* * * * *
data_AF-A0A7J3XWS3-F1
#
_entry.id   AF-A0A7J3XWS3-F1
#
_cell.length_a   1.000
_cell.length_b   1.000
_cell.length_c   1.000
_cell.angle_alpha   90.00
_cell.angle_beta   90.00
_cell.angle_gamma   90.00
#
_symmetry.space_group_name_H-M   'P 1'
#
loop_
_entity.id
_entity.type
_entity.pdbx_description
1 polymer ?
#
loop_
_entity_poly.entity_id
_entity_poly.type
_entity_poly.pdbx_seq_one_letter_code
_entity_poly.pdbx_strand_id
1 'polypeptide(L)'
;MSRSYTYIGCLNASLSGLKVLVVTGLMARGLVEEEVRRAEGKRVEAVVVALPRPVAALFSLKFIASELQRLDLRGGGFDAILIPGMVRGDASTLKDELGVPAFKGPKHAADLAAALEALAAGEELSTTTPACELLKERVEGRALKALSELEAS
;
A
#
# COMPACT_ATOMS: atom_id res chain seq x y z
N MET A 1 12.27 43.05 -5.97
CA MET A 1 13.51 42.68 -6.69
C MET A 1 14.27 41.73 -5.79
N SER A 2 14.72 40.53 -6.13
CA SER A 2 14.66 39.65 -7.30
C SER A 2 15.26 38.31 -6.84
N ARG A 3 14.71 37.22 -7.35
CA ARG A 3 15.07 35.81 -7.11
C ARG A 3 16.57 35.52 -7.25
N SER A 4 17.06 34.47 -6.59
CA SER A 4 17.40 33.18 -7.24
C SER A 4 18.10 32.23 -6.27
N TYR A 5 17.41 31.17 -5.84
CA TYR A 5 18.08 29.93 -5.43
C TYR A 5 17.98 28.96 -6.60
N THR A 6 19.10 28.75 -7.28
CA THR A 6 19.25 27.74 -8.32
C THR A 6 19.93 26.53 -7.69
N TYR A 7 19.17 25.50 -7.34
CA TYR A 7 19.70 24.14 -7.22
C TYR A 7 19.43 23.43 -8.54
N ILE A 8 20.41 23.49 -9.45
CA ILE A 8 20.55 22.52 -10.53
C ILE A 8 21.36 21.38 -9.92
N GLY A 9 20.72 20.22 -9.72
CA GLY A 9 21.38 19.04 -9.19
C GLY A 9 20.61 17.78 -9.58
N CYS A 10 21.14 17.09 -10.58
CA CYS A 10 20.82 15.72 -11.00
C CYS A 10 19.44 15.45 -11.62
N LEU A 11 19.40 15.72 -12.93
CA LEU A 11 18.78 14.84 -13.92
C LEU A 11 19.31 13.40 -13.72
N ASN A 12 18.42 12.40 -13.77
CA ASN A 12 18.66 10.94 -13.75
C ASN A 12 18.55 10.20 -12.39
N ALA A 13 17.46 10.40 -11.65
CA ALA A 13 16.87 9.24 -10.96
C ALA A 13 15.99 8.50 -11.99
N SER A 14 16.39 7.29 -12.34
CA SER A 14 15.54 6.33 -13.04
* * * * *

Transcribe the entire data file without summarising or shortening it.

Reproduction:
data_AF-A0A7J3XWS3-F1
#
_entry.id   AF-A0A7J3XWS3-F1
#
_cell.length_a   1.000
_cell.length_b   1.000
_cell.length_c   1.000
_cell.angle_alpha   90.00
_cell.angle_beta   90.00
_cell.angle_gamma   90.00
#
_symmetry.space_group_name_H-M   'P 1'
#
loop_
_entity.id
_entity.type
_entity.pdbx_description
1 polymer ?
#
loop_
_entity_poly.entity_id
_entity_poly.type
_entity_poly.pdbx_seq_one_letter_code
_entity_poly.pdbx_strand_id
1 'polypeptide(L)'
;MSRSYTYIGCLNASLSGLKVLVVTGLMARGLVEEEVRRAEGKRVEAVVVALPRPVAALFSLKFIASELQRLDLRGGGFDAILIPGMVRGDASTLKDELGVPAFKGPKHAADLAAALEALAAGEELSTTTPACELLKERVEGRALKALSELEAS
;
A
#
# COMPACT_ATOMS: atom_id res chain seq x y z
N MET A 1 12.27 43.05 -5.97
CA MET A 1 13.51 42.68 -6.69
C MET A 1 14.27 41.73 -5.79
N SER A 2 14.72 40.53 -6.13
CA SER A 2 14.66 39.65 -7.30
C SER A 2 15.26 38.31 -6.84
N ARG A 3 14.71 37.22 -7.35
CA ARG A 3 15.07 35.81 -7.11
C ARG A 3 16.57 35.52 -7.25
N SER A 4 17.06 34.47 -6.59
CA SER A 4 17.40 33.18 -7.24
C SER A 4 18.10 32.23 -6.27
N TYR A 5 17.41 31.17 -5.84
CA TYR A 5 18.08 29.93 -5.43
C TYR A 5 17.98 28.96 -6.60
N THR A 6 19.10 28.75 -7.28
CA THR A 6 19.25 27.74 -8.32
C THR A 6 19.93 26.53 -7.69
N TYR A 7 19.17 25.50 -7.34
CA TYR A 7 19.70 24.14 -7.22
C TYR A 7 19.43 23.43 -8.54
N ILE A 8 20.41 23.49 -9.45
CA ILE A 8 20.55 22.52 -10.53
C ILE A 8 21.36 21.38 -9.92
N GLY A 9 20.72 20.22 -9.72
CA GLY A 9 21.38 19.04 -9.19
C GLY A 9 20.61 17.78 -9.58
N CYS A 10 21.14 17.09 -10.58
CA CYS A 10 20.82 15.72 -11.00
C CYS A 10 19.44 15.45 -11.62
N LEU A 11 19.40 15.72 -12.93
CA LEU A 11 18.78 14.84 -13.92
C LEU A 11 19.31 13.40 -13.72
N ASN A 12 18.42 12.40 -13.77
CA ASN A 12 18.66 10.94 -13.75
C ASN A 12 18.55 10.20 -12.39
N ALA A 13 17.46 10.40 -11.65
CA ALA A 13 16.87 9.24 -10.96
C ALA A 13 15.99 8.50 -11.99
N SER A 14 16.39 7.29 -12.34
CA SER A 14 15.54 6.33 -13.04